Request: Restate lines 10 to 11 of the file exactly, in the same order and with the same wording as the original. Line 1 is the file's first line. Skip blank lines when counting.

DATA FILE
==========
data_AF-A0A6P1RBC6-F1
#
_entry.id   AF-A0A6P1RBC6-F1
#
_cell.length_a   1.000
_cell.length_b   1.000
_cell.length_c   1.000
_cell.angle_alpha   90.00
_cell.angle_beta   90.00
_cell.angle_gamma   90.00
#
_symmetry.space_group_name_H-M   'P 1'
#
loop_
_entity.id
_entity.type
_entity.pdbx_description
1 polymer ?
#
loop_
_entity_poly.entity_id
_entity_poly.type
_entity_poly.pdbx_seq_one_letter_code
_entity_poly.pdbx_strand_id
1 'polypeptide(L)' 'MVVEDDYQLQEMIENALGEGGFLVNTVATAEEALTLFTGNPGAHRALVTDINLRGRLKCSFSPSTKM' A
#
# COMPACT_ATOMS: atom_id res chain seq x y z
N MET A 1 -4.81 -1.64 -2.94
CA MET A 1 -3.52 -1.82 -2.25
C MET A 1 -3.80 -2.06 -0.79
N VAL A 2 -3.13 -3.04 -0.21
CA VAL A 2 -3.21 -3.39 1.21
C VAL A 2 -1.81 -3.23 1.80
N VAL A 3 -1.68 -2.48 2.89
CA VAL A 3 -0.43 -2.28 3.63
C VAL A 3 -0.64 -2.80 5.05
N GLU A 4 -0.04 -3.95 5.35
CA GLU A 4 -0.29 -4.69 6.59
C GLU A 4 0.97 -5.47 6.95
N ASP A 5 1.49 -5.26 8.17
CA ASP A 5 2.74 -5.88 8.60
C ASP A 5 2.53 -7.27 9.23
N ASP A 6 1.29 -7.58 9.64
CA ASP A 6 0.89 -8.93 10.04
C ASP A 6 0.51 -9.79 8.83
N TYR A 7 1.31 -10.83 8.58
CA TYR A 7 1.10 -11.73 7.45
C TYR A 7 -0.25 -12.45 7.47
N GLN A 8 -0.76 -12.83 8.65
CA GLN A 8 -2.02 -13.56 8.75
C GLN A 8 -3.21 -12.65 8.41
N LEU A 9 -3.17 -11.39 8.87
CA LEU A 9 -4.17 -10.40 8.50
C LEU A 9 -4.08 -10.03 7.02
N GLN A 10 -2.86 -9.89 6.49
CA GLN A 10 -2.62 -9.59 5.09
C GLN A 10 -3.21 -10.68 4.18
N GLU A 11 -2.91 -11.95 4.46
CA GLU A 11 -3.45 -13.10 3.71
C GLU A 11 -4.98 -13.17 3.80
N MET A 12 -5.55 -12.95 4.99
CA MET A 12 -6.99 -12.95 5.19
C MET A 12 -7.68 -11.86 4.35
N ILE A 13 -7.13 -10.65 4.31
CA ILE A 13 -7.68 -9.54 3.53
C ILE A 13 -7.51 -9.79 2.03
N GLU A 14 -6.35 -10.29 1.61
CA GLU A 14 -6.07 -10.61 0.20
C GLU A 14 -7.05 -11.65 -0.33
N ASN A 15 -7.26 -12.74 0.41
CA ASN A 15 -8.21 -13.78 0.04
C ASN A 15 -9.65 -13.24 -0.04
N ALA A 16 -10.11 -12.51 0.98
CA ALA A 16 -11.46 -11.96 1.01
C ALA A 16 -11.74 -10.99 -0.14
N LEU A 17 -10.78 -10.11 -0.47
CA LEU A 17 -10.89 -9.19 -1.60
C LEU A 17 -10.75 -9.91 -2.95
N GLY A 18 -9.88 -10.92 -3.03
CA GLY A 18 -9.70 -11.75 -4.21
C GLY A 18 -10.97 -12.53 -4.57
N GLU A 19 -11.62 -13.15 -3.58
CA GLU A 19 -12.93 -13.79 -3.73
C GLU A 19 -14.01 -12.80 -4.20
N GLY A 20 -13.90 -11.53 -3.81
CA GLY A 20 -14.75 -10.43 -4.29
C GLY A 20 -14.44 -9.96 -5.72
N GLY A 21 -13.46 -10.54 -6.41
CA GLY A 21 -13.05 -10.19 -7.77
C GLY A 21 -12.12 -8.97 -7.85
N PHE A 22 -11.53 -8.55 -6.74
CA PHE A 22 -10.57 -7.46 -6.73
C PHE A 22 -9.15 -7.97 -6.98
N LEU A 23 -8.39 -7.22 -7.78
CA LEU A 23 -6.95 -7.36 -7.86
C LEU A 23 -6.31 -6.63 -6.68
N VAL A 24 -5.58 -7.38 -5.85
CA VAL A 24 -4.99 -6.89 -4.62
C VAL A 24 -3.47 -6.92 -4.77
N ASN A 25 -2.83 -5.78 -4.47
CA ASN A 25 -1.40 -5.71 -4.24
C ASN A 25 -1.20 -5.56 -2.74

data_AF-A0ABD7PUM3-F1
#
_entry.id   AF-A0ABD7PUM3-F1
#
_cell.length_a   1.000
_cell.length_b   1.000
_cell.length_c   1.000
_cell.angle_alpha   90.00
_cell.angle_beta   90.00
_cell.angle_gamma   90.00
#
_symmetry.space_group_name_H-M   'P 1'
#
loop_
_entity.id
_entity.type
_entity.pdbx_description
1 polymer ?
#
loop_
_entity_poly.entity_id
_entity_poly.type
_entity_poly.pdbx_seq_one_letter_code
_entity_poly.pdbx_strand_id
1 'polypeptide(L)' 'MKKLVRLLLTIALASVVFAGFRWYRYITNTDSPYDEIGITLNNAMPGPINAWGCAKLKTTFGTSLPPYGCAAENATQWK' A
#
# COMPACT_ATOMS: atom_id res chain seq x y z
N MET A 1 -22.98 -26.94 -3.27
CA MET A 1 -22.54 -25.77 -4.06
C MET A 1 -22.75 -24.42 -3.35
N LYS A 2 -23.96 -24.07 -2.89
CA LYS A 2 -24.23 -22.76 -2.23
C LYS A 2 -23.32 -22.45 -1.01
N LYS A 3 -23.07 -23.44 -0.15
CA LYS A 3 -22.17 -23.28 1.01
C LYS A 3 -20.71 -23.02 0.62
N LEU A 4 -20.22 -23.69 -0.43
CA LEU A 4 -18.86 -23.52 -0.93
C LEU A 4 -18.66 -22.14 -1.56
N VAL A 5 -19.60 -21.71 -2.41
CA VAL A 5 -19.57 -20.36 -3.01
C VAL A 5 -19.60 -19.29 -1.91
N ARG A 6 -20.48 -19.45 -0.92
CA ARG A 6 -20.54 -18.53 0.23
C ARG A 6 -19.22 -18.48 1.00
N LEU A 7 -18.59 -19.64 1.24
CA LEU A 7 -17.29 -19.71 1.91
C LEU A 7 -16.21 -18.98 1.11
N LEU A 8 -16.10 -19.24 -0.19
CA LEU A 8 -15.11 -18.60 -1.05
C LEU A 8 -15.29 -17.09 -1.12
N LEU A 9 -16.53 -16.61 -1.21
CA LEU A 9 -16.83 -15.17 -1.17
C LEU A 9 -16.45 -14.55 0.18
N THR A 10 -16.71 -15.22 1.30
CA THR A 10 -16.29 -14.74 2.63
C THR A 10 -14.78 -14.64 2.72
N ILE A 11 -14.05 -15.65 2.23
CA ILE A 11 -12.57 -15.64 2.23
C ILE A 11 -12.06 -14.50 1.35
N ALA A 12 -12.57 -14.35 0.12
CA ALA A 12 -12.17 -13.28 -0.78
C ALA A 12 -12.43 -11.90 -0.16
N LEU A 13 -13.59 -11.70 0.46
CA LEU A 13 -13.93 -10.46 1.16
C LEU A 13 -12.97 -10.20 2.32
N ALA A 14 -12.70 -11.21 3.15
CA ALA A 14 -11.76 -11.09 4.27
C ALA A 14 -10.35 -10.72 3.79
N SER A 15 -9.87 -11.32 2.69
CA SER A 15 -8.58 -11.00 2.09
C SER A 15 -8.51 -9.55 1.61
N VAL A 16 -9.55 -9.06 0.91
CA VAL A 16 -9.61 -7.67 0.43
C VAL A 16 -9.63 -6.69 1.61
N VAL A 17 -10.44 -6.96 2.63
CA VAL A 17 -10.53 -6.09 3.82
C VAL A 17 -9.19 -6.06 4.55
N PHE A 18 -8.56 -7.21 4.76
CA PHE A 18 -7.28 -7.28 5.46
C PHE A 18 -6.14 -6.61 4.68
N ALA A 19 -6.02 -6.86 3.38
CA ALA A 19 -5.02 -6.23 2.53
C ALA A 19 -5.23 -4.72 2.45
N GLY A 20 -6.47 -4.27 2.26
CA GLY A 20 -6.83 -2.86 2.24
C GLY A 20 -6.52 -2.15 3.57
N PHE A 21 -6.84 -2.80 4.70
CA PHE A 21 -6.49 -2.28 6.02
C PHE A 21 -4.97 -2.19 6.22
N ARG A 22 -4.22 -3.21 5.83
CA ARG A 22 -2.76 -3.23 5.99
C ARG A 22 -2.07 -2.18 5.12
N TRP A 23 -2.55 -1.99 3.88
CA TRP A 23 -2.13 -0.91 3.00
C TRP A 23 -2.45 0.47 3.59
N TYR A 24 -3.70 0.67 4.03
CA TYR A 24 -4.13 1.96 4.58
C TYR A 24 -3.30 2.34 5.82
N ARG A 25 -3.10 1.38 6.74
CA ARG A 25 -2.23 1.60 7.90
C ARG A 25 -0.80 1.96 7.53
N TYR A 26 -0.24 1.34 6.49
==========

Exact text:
_cell.angle_gamma   90.00
#